My working process is a relation between concepts and a specific place. From the beginning of my artistic work I have been interested in migration, female gender, roles and identities, and I always try to move forward in this direction. I try to find places related with these ideas and when I have found one, I start to develop the project around these places: dresses, objects, models and posses are thinking for these specific places. When the stage is chosen I bring the camera and doing a photo performance, only for the camera, to inhabit this place.

Transitory Places II (Filmcasino Cinema, Vienna), 2013

Transitory Places II (Filmcasino Cinema, Vienna), 2013

When I use myself as a model, most of the times I use auto-timer, only sometimes I have a friend or assistant to help me. Normally I try to leave things as they are, playing with objects and with the architecture of the place itself. It’s a mix between fiction and reality: the photos document a specific place, but the model and the dresses are totally fictitious, they don’t correspond to the reality of this place.

Why art – and why photography in particular?

During the last years of studying Fine Arts at the university, I became really interested in the history of photography and I wanted to focus on it. Two years after my graduation I moved to Europe and photography provided me with two important possibilities: a way to see the world, looking outside, looking on this new continent – photography was a way to capture it. On the other hand photography was an easy and light way to travel: I moved a lot during the last decade and I wanted to carry only few things with me – and as a photographer you only need the camera.

Do you consider yourself a photographer or more of an „installative“ or „performative“ artist?

I consider my work as photo performance: most of the times I explore the relation of the body with a place.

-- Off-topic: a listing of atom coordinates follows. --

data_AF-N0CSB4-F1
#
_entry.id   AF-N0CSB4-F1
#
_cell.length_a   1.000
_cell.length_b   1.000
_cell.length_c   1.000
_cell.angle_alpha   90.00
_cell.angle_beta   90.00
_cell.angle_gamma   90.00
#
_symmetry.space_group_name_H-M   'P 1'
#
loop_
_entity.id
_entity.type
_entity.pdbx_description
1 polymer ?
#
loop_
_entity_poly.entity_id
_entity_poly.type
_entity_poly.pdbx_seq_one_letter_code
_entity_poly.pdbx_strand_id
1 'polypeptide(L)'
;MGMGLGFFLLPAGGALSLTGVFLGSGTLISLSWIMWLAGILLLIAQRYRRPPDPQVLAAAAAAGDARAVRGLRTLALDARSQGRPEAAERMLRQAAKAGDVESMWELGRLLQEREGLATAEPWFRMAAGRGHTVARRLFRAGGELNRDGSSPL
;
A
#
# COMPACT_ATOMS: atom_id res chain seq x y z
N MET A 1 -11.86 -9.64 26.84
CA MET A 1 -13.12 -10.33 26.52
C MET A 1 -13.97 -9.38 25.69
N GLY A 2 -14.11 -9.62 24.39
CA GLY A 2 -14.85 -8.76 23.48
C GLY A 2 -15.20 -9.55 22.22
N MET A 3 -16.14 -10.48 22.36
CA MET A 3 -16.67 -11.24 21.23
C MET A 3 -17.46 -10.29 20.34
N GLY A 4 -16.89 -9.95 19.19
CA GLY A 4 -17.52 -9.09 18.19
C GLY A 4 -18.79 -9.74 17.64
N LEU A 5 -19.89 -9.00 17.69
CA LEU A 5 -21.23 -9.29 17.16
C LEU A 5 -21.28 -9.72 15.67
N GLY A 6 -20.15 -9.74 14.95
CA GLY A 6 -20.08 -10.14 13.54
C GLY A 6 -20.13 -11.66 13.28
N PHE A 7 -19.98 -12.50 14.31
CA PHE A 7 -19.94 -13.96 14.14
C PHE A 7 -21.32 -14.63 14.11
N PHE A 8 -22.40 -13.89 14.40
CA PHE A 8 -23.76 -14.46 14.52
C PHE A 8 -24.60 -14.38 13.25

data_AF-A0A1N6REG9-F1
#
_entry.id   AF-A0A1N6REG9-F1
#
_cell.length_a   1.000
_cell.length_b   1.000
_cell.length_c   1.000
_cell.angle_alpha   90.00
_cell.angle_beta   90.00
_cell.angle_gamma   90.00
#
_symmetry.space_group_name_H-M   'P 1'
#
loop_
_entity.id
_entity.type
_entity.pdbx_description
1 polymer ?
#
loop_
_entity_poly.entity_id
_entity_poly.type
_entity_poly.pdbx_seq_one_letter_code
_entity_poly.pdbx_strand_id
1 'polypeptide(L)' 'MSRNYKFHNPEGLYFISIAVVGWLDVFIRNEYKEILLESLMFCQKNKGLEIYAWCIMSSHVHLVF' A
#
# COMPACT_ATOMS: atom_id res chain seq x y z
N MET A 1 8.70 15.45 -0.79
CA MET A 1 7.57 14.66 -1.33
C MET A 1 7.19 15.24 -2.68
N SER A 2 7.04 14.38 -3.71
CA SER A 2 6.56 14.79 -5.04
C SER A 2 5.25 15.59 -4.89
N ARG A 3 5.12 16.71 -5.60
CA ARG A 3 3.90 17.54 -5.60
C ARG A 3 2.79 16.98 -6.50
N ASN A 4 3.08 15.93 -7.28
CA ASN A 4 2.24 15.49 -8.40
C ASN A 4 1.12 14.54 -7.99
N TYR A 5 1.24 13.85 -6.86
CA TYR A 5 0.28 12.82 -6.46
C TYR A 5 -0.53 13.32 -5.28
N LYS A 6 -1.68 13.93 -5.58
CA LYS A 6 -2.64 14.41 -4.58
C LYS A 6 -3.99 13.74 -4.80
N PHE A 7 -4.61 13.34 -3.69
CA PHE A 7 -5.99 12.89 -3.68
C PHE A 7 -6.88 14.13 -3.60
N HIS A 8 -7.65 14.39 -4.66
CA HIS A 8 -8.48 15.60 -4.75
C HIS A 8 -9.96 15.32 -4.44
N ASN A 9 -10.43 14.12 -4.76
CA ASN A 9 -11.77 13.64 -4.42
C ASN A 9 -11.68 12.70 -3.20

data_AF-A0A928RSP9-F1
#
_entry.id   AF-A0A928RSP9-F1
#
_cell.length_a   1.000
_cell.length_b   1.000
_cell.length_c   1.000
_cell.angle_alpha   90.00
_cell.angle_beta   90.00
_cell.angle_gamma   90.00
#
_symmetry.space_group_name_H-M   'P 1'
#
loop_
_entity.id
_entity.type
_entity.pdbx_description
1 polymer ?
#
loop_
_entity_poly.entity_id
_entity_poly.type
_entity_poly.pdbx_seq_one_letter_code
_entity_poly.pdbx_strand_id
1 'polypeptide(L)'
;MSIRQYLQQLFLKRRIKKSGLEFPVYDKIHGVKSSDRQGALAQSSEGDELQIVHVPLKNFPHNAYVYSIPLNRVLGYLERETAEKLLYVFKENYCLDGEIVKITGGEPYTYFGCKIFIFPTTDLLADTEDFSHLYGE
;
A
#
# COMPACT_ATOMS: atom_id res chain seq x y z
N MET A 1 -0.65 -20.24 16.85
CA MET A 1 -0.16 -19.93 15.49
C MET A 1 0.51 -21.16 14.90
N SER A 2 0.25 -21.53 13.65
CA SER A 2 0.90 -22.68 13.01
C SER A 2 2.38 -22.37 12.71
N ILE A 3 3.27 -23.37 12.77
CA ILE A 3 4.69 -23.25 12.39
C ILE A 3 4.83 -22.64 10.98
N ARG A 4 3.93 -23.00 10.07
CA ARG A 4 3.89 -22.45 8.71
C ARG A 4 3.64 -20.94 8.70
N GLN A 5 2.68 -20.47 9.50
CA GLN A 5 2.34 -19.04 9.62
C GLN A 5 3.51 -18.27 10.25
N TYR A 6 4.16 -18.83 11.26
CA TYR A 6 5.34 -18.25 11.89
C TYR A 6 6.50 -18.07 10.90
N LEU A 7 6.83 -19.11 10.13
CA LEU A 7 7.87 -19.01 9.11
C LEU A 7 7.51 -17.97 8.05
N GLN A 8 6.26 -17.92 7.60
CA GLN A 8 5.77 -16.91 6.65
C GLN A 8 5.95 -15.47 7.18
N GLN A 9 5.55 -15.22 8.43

I don’t consider myself as a photographer. I think I am a visual artist first, and only later a photographer. I am much more interested in the history and theory of photography than in technical details. Nearly a year ago I finished a PhD about photography: I researched on how we construct images, the fight between documental photography and fictional photography, and also the incidence of photography in our contemporary society. All these aspects are the main reason why I continue using artistic photography.

Where do you find inspiration, are there role-models for you? In earlier interviews you mentioned Cindy Sherman and Jeff Wall as major references.

Looking for Wonderland, 2005

Looking for Wonderland, 2005

Inspirations come from different ways: artists and photographers like Cindy Sherman or Jeff Wall; writers like John Berger or Tzvetan Todorov; and also from newspapers and current people. For example, Electro-domésticaLooking for Wonderland or Catch Tales were a result of speaking with immigrants: about their situation, their desires and their life. I made Looking for Wonderland in the immigrant district of Essen-Katernberg, Germany. My project starts talking to immigrant women of the district about why they are in Germany, and the difference between their desires and their reality. The artistic work was a construction based on relation with these women.

Are you – or were you – working with other media, too?

At the beginning of my artistic career I was working with video, but later I focused on photography. But right now I want to work with video again. I work around narratives and stages, and video could be interesting for developing another perspectives.

Laura, thank you so much for sharing, gracias!